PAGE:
Hospice is a word that I whisper, as it conveys my Mom's final chapter. Her story is ending at home, where she wanted to go after 6 weeks in physical rehab, following a series of illnesses. Only now she associates "home" with Kansas -- and her parents (long since departed). The Connecticut house she's lived in for the past 57 years is merely holding her fading physical form.
For the past month I have been consumed with taking care of "B", working with nurses, aides, a social worker and spiritual counselor. Most of my experiences require more reflection, but the following points are clear even now:
~ Hospital beds make it much easier for the patient, the caregivers, and visitors. Being able to adjust the bed higher or lower -- and elevating the head and foot area provides comfort for someone who is having trouble moving around. The air mattress helps keep the patient comfortable and helps avoid pressure sores. Note: My bed came without sheets, which need to be longer, like those in college dorm rooms. I ordered some from Amazon.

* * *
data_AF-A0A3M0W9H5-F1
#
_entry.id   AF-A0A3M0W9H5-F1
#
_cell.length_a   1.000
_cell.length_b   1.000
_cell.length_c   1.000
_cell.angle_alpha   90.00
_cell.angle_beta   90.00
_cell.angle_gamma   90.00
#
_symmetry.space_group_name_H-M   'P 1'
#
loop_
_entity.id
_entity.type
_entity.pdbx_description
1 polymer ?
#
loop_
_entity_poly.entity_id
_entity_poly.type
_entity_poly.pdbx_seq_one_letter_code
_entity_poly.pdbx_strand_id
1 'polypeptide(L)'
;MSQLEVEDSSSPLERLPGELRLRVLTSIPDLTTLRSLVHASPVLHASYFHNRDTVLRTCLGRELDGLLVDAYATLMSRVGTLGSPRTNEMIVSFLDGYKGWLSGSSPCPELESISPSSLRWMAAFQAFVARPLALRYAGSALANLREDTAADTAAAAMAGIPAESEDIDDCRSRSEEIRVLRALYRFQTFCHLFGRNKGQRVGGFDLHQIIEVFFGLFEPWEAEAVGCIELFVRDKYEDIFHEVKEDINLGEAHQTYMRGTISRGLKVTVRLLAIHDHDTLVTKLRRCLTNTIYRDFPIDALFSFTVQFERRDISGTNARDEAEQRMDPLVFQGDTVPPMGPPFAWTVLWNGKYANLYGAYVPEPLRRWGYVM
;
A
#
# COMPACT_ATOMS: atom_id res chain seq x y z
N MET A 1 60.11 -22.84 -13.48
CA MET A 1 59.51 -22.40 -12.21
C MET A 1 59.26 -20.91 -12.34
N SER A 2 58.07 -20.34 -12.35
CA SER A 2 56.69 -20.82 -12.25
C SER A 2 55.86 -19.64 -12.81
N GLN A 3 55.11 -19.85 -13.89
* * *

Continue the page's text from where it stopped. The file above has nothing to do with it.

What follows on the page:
~ Partnering with the nurses and aides helps you learn to adjust your own thinking, as a caregiver.
~ Your loved one is in charge. As a caregiver, be prepared to dance to different tunes, even within one day. Decisions about eating, drinking, getting out of bed, etc. are always made in light of what signals the patient is giving. Georgian ~ September 3, 2014
Caregiving Ideas: Apply soothing ointment to temples and hands. I like Badger Lavender & Bergamot Sleep Balm. www.badgerbalm.com. Use dancer leggings and cotton socks in place of pajama bottoms to keep your person warm. Even in warm weather, a space heater may be needed while changing sheets or doing other caregiving tasks.
More Ideas: Use a long body pillow as a bumper next to bed rails. Split old-fashioned 'duster' housecoats in the back to make it easier to change bedclothes. Video cameras can let you view your person from the yard or remote parts of the house. Mine cost about $100 and came with an app for my iPhone. Educate yourself about end-of-life stages and symptoms. Your Hospice Team will give you information, and there are also websites, such as http://hospicepatients.org/hospic60.html . Keep notes! It will help you identify trends, and your Hospice Team will appreciate being able to check on events since their last visit.
For more information about my experience: My Mom died after seven weeks of home hospice care. I am open to sharing with anyone facing a similar situation. You can email me: email@example.com.